Sunday, 13 June 2004
Distance 11 km
Duration 2 hours 20 minutes
Ascent 183 m, descent 105 m
Map 65 of the
A deplorably tinny seven o’clock peal of church bells, like metal spoons being banged together, was not enough to dislodge us from our comfortable bed. We rose much later, at eight, and prepared for the day with a bowl of muesli laden with cherries that we had picked yesterday along the way.
Then we stepped over to the church square and found a patch of morning sun in which to have coffee and pains aux raisins and a look at the local paper, the Midi Libre.
It was 10 o’clock before we left. The first section was a road-bash on a busy uphill road, but once over the rise we picked up the Piste Verte again and resumed our peaceful meandering. An hour passed and we came to the station of Corniou.
A gaunt old woman scuttled out of the bushes and grasped me by the arm, gabbling passionately in some unknown tongue. I asked her whether there was a bar in the village and she managed to convey a positive, then disappeared into the undergrowth, leaving us slightly bewildered.
Down in the village street, all we could see was a closed restaurant, but voices were coming from the curtained kitchen door, so I peered in and asked if they were open.
The smiling woman said no, but she would make an exception for us if our needs were simple. Two cups of coffee were no trouble to her and a great pleasure to us.
Further along the Piste Verte, we came to another tunnel, but unfortunately we had changed departments since yesterday (from Hérault to Tarn) and this one had no lights. Furthermore, it was much longer, and as we advanced into the gloom, we held hands like a couple of fearful trespassers in the underworld.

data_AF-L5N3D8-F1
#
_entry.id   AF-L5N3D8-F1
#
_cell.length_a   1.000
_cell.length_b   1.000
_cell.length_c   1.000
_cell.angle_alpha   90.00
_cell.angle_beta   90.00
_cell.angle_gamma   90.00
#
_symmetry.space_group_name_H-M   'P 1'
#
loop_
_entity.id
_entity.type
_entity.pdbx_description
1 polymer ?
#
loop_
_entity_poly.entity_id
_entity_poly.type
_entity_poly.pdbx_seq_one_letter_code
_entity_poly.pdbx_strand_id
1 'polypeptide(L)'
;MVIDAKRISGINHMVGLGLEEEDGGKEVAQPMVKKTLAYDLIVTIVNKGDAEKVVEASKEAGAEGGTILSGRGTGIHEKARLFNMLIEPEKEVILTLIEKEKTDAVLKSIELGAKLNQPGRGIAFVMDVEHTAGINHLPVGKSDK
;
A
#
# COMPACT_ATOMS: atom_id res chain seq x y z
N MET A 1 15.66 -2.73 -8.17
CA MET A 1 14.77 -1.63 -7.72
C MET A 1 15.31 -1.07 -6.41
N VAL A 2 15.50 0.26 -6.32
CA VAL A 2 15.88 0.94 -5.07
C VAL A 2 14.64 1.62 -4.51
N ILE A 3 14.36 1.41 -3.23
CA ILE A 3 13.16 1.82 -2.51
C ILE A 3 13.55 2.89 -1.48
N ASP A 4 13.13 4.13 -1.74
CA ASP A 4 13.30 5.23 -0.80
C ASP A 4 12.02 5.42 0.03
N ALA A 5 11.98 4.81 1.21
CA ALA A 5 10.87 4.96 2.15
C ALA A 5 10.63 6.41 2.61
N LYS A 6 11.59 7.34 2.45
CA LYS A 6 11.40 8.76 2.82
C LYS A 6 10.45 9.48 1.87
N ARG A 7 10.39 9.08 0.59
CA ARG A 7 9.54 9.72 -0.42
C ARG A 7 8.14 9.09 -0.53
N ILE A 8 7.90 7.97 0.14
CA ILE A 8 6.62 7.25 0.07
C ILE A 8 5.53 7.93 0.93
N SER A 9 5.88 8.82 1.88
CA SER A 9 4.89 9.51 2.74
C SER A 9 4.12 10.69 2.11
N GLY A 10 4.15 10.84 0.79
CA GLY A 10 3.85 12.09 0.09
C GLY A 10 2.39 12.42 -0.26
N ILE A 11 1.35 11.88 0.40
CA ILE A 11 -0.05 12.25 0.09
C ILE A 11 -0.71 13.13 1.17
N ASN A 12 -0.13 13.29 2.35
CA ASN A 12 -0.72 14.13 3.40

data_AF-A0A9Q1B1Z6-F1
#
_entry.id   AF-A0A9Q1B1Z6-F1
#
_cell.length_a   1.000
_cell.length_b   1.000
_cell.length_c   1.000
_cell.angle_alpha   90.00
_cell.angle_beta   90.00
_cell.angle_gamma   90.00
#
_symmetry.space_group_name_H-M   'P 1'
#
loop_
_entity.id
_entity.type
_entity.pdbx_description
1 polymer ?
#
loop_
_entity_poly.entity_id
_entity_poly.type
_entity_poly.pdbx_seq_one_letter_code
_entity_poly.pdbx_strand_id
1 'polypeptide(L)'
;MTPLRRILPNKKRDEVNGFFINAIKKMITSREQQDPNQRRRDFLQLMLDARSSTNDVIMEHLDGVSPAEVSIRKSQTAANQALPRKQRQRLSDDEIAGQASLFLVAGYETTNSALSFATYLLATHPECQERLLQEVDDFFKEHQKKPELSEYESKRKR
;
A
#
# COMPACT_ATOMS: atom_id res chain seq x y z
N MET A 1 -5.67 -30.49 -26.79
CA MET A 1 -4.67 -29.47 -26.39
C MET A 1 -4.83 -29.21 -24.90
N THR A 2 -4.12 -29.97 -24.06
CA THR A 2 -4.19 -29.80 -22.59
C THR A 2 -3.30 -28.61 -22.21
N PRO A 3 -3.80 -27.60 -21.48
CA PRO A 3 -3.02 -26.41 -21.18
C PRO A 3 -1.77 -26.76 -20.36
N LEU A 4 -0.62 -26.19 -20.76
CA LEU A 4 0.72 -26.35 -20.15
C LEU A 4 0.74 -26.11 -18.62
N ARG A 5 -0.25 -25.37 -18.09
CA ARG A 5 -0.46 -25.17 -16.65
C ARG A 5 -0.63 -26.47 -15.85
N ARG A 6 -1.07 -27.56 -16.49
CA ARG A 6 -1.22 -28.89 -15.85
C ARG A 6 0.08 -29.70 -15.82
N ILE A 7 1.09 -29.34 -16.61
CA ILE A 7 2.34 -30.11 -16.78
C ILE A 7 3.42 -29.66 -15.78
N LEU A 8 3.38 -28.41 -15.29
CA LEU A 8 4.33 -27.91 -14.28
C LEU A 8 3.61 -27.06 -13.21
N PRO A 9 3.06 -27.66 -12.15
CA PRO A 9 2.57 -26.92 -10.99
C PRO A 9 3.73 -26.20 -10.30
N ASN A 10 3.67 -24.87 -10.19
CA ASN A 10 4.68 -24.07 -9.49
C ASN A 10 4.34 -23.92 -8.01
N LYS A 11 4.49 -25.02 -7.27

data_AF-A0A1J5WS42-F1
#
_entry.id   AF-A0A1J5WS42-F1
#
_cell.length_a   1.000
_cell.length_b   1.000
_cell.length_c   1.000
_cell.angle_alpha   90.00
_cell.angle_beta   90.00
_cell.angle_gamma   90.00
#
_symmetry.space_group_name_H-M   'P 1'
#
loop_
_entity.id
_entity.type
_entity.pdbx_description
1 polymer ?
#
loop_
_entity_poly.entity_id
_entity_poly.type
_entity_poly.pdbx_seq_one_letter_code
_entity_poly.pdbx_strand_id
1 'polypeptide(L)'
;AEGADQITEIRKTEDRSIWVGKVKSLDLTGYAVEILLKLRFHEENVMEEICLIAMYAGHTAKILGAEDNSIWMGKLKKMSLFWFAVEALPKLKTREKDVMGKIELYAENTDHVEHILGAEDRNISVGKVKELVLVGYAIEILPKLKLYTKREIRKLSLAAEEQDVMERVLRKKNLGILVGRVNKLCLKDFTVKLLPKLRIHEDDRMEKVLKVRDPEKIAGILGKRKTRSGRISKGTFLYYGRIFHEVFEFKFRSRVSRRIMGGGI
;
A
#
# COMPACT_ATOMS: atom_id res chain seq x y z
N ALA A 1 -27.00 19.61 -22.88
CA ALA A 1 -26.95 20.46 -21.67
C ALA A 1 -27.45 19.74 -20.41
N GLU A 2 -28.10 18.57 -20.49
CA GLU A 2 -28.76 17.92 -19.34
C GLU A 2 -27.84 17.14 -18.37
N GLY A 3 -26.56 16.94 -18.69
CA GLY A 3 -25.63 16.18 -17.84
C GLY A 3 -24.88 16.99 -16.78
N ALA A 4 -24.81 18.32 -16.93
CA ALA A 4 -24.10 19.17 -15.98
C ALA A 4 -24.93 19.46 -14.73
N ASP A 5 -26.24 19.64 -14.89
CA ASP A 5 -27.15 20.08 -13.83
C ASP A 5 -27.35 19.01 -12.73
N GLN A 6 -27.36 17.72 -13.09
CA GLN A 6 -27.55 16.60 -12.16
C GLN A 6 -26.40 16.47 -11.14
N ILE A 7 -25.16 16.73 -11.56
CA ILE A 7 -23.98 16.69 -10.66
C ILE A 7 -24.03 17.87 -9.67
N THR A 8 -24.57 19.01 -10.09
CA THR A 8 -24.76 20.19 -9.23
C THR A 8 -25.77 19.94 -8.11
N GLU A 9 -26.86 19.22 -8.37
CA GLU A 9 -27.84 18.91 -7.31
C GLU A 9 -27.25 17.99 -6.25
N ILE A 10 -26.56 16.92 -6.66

The bright arch behind us diminished to a point and still there was blackness ahead. Water dripped from the roof and we kept veering into the side walls, which were cold and slimy.
Our torch was deep in Keith’s pack, so we stumbled on until a faint grey shape resolved itself into an arch and we realised that we were nearly out. A bend in the tunnel had prevented direct light from entering.
Back in the world of the living, we skipped along with happy hearts until we came to the next station at Labastide-Rouairoux, which was right next to the village street. Here we sat on the churchyard wall to have lunch, then retired to a bar for the third coffee of the day. It had been a very easy morning’s walk, the sort of day that passes for a rest day in our minds.
The village street was endlessly entertaining. A man was washing his 1960 pink Cadillac coupé, then test-driving it; a woman hobbling on a crutch saw a friend and suddenly broke into a sprint, waving the crutch above her head. It seems that even the locals find the name of their village too rich in vowels – it was referred to as Labastide-RX. The barman said there were chambres but no hotel in the town, and the camping was not open until the 15th of June (two days away).
The chambres were not to our liking so we went to look at the municipal camping ground, more than a kilometre out of town. When we got there, a car was parked at the barrier and a cleaning woman was at work.
We smiled and nodded at each other, but I did not ask, and she did not say, whether camping there before the opening date was permitted – it seemed best not to invite a direct refusal. Certainly her manner suggested that she had no objection, but we were not sure, so we kept discreetly out of sight behind a hedge until she finished and drove off.
Then we put up the tent and returned to town by way of little back streets lined with vegetable gardens. We had clean clothes on but were unwashed, as the newly cleaned shower block was locked.
After apéritifs at the bar, we moved to the only eatery in town, the Kaya Ibrahim Pizzeria in the small square. The wind was too chilly for outdoor eating, but inside we had a delightful meal, starting as usual with salad, and proceeding to an omelette with local mushrooms and a pizza.
We walked back in the last of the light and spent a semi-comfortable night on the ground.